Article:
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Periodontal profiles in CAD.


Periodontitis and atherosclerosis have complex aetiologies, genetic and gender predispositions and may share pathogenic mechanisms as well as common risk factors. It is becoming increasingly clear that infections and chronic inflammatory condition such as periodontitis may influence the atherosclerotic process. Epidemiological associations between periodontally and cardiovascular disease have been reported. [1,2].

However, detailed analysis suggest that this relationship is weak, and that an over estimation of this association might result from insufficient compensation for lifestyle differences and common risk factors in the statistical models used to evaluate the relationship [3]. Hence, the present study was planned to evaluate periodontal conditions in CAD (Coronary Artery Disease)

Materials and methods

1030 smokers patient with CAD (diagnosed by CAG having more than 50% stenosis in one of epicardial vessel) [range 38-66 years] having cardiovascular disease attending cardiology LSL superspeciality centre PGIMS Rohtak were screened for periodontal conditions [according to previous classification[4]. i.e. mild, moderate, severe and attachment loss were measured by Williams probe],and selected for this study.

None of the participants were diabetic, alcoholic, hypertensive or suffering from any other ongoing general disease or infections.

All the statistical analysis were performed using SPSS software package (Version 11.0) and student 't' test were applied.

Result and Discussion

Attachment loss increase with advancing age in CAD patients (Table I, p<0.05). The 51.2%, 36.6%, 73% and 4.9% were normal, mild, moderate, and severe periodontitis in coronary artery disease patients.


Previous studies have indicated a correlation between periodontal disease and asymptomatic coronary heart disease (50% stenosis in at least one of the epicardial arteries). While in the present study 4.9% normal, 7.3% mild, 36.6% moderate, and 51.2% severe periodontal conditions in CAD. These result lend support to the observation that there could be relationship between periodontal and cardiovascular disease because most of these patients periodontally were compromised i.e. 88%. Lopez et al., examined the relationship between oral health parameters and CHD and found that the mean attachment loss was significantly associated with CAD and the mean pocket depth was also positively associated with CAD[6]. results of our study in contrast with previous study. Periodontal disease, tooth loss, and carotid artery plaque have been reported to possible precursors of stroke and CAD[7]. It has been also observed that total tooth loss was significantly associated with CAD after adjustment of age, sex, smoking, social class and citrus fruit consumption[8]. While in our study, in addition to smoking, alcoholic and hypertensive, other systemic disease might be common factor for CHD and periodontitis. We conclude there is paucity of data regarding the effect of oral health on cardiovascular disease related parameters more studies with larger patient population group are needed.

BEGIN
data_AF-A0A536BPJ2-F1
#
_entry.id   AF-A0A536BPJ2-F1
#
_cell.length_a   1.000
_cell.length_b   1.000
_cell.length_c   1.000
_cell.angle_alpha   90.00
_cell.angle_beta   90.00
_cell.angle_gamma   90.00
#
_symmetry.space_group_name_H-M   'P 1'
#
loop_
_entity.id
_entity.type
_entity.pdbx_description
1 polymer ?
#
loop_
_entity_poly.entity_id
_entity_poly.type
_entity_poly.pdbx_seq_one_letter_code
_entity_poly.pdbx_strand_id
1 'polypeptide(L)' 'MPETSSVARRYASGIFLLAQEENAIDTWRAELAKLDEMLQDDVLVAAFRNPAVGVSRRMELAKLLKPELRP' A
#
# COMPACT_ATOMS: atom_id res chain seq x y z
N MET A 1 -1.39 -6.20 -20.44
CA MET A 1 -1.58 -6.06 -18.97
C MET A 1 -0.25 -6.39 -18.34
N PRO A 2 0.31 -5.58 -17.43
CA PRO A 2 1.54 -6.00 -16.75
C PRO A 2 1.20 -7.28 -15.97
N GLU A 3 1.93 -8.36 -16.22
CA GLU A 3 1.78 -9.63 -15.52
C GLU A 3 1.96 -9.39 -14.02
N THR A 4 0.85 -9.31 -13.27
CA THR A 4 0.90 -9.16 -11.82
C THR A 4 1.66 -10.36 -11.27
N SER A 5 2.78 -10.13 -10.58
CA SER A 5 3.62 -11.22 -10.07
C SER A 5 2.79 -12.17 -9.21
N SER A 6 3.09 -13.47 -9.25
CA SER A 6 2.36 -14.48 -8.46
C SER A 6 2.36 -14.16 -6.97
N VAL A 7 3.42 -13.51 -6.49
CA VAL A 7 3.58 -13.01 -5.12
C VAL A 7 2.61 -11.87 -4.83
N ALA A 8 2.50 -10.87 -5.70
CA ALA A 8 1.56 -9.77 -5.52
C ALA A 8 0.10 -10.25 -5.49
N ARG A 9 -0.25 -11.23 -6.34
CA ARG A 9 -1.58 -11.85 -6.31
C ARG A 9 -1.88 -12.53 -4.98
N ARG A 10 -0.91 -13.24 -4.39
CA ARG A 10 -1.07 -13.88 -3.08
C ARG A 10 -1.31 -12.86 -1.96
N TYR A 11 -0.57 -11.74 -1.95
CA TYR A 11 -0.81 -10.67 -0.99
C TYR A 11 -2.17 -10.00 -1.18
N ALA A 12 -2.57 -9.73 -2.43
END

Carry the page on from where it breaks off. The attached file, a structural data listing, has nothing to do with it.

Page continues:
[1.] Slade, G.D., E.M. Ghezzi, G. Heiss, 2003. Relationship between periodontal disease and cre a c tive protein among adults in the atherosclerosis risk in community study. Arch Intern Med, 163 (10): 1172-9.

[2.] Moorison, H.I., L.F. Ellison, G.W. Taylor, 1999. Periodontal disease and the risk of fatal coronary heart and cerebrovascular disease. J Cardiovascular Risk, 6(1): 7-11.

[3.] Hujoel, P.P., 2002. Does chronic periodontitis cause coronary heart disease? J Am Dent Assoc, 133(Supl.): 31S-36S.

[4.] Nyman, S., J. Lindhe, J. Lindhe, 2000. Clinical periodontology and implant dentistry. Copenhagen Blackwell Munksgaard, 403-13.

[5.] Emingil, G., E. Buduneli, A. Alijev, A. Akilli, G. Atilla, 2000. Association between periodontal disease and acute myocardial infraction. J Periodontol.

[6.] Loesche, W.J., A. Schock, M.S. Terpening, Y.M. Chen, C. Kerr, 1998. Dominguez BL. The relationship between dental disease and cerebral vascular accident in elderly united states veterans. Ann Periodontol, 3: 161-174.

[7.] Desvarieux, M., R.T. Demmer, T. Rundek, B. Boden Albala, D.K. Jacob Jr, P.N. Papapanou, 2003. Relationship between periodontal disease, tooth loss, and ceratoid artery plaque: the oral infections and vascular disease epidemiology study. Stroke vascular disease epidemiology. Stroke, 34: 2120-5.

[8.] Lowe, G., M. Woodward, A. Rumley, C. Morrison, H. Tunstall Pedode, K. Stephen, 2003. Total tooth loss and prevalent cardiovascular disease in men and women: possible roles of citrus consumption, vitamin C and inflammatory and thrombotic variables. J Clin Epidemiology, 56: 694-700.

Corresponding Author

Dr. Balwant Rai Government Dental College, Pt. Bhagwat Dayal Sharma, Post Graduate Institute of Medical Science, Rohtak, Haryana (INDIA) E-mail :, Mobile No: 091-9812185855

Dr. Balwant Rai, Dr. Kuldeep Singh Lallar, Dr. Simmi Kharb, Government Dental College, Pt. Bhagwat Dayal Sharma, Post Graduate Institute of Medical Science, Rohtak, Haryana (INDIA)
Table I: (mean+SD) clinical loss of attachment (in mm) in
various age group in patients (CAD patients).

Age group (in years) Attachment loss (in mm)

38-49 6.0 [+ or -] 1.3
49.1-59 6.2 [+ or -] 1.2
59.1-70 6.3 [+ or -] 1.2

p < 0.05
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Article Details
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Title Annotation:Original Article; coronary artery disease
Author:Rai, Balwant
Publication:Advances in Medical and Dental Sciences
Article Type:Report
Geographic Code:9INDI
Date:Sep 1, 2008
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